Last month, we talked about the way in which reporting can help landscape business owners to keep a finger on the pulse of business. We spoke to Meredith Jedlicka, training coordinator for Ed Castro Landscape in Atlanta, Georgia, and she shared how reporting helps to create goals for the company—and to measure how close they are to meeting them. Jedlicka also talked about how understanding the metrics and data can help landscape business owners create a culture of accountability.
In a successfully run business, a strong culture of accountability comes down to trusting that employees are doing their best. It also means that they take ownership of their work and don’t need a constant watchful eye to perform optimally.
We recently caught back up with Jedlicka to find out more about how metrics and analytics have helped Ed Castro Landscape to foster a culture of accountability.
Trust the Data
According to Jedlicka, the company has found that it can be challenging to hold people accountable if the data can’t be trusted. This makes it imperative that there is a strong reporting system in play, so that there’s no room for excuses.
“If the reports are always wrong, then it becomes hard to hold people accountable,” Jedlicka says. “Having clear goals is important. But you also need to able to trust that the data in your reports is accurate. Only then can you hold people accountable to the numbers they should be hitting.”
While holding employees accountable can sometimes feel as though it has a negative connotation, the truth is, people want to know what they should be doing. They want to know if they’re hitting their target goals, says Jedlicka. This is why creating a culture of accountability with analytics and metrics can actually help with happier employees and overall retention.
“People want clear goals—and they want check-ins,” she says. “If someone is having trouble, they’d rather it was caught before it’s a huge problem. So, we find that our team appreciates knowing exactly where things stand. They want to be held accountable.”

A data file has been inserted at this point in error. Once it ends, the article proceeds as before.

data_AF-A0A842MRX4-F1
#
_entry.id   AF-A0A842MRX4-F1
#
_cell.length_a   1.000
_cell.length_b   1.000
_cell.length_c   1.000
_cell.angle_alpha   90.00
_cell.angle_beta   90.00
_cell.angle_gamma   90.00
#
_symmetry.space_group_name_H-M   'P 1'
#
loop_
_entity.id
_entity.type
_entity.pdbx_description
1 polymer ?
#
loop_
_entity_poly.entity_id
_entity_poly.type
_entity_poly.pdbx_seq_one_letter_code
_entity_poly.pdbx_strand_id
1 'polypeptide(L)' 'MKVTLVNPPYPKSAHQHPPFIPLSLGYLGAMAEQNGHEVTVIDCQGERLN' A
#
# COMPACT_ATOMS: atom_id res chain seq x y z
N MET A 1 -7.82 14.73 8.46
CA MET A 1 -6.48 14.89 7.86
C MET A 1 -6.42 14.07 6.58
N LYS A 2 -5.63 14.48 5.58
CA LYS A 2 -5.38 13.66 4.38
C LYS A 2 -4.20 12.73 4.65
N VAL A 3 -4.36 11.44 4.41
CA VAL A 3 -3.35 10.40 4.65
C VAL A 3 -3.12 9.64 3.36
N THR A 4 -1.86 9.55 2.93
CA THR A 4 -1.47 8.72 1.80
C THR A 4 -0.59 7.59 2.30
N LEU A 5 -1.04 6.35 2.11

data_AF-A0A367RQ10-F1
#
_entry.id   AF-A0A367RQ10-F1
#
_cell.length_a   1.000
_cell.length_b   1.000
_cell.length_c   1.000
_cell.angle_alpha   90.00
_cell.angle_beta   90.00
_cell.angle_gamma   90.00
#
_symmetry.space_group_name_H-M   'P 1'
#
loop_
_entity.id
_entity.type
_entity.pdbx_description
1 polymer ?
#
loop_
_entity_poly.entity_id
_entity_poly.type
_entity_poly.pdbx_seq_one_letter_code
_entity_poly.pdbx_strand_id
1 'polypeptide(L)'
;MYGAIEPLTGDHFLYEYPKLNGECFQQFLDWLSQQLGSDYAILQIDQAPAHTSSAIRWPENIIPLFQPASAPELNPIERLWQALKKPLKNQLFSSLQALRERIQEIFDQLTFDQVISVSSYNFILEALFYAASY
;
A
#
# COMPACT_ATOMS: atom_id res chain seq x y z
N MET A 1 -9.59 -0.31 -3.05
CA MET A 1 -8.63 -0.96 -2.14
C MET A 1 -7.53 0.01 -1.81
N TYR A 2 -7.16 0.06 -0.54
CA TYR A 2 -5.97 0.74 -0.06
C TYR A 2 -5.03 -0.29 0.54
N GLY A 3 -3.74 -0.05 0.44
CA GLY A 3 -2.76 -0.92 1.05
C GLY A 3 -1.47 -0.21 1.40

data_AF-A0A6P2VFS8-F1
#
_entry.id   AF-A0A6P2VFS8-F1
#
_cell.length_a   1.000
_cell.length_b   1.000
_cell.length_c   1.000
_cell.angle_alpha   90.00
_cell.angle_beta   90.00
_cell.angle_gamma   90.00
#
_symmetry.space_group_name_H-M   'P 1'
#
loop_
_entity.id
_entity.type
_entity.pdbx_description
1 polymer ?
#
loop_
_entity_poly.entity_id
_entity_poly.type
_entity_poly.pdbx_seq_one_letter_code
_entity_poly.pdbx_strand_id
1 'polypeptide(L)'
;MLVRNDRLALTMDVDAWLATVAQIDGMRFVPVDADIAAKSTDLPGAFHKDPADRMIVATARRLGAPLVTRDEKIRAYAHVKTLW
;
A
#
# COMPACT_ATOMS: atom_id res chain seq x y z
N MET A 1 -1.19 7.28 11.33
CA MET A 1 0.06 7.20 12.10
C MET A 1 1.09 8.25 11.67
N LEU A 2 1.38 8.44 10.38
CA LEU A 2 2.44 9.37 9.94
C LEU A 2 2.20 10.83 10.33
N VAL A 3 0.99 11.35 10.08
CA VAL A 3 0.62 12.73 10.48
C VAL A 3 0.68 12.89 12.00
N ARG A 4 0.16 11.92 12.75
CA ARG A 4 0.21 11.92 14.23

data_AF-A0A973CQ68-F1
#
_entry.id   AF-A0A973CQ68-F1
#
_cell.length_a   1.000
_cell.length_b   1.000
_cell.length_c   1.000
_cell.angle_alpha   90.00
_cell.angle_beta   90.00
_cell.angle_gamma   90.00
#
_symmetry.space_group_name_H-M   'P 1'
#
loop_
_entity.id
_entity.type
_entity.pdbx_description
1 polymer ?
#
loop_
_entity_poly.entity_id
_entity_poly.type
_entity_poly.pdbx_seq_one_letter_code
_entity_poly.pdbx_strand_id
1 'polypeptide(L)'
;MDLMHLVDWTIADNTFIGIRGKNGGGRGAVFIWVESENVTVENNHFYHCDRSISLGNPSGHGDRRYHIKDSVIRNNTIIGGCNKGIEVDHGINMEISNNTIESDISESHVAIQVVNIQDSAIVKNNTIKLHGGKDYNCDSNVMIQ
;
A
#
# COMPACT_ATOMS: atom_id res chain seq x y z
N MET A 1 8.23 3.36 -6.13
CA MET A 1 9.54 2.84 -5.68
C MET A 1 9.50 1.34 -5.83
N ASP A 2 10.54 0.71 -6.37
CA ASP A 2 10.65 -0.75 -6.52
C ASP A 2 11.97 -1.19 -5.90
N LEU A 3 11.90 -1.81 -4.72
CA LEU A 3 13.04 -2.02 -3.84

The goal to making a culture of accountability a positive is hiring the right team members in the first place, Jedlicka continues. You want to hire the kind of people who care about getting the work done the way it’s supposed to be done. You also want folks who care about how they can excel. The best team members are those who are asking, where do I stand now and how can I get better?
Metrics and analytics allow for this.
A Visual Look—At a Glance
Jedlicka also says that the use of Include Software’s iKPI tool, a robust analytics dashboard, has been powerful in terms of a culture of accountability.
“A key advantage of iKPI has been that our salespeople or our estimators can have a look at the data without waiting for someone to run a report,” she continues. “We don’t even necessarily need to have a meeting every week—and we’ve scaled back some of our meetings because this dashboard view is now available at all times. With live data, our people are able to see it—and own it. We have goals laid out but it’s more empowering for them to see it in front of them in real time.”
Inspiring Data Accuracy
Jedlicka says that another accountability benefit of using iKPI has been that team members are inspired to embrace accountability for data accuracy. If they know that the dashboard is going to get pulled up in a meeting, and they know that they have more sales than what’s showing up in the system, then they’re more inclined than ever to make sure that’ve corrected or updated any data input.
This has also meant a decrease in admin workload, as often it’s an administrator who is fixing data input problems. But now, with the visuality of the iKPI dashboard, team members are more committed than ever to ensuring they’re putting in accurate numbers in a timely way.
“It’s just another way that it has helped our team to take ownership of reporting their numbers,” Jedlicka explains. “The reporting tool was always there—but I think iKPI just makes a lot more sense to everyone. It removes the learning curve that might have helped people back.”
Jedlicka says she feels it also makes people think of the data as more important, too.
“It just feels more special with the visual nature—seeing everything in graphs and laid out right in front of you,” she says. “Reporting has always been a part of what we do, but now our people really understand why and want to participate. That’s helped to create a culture of accountability.”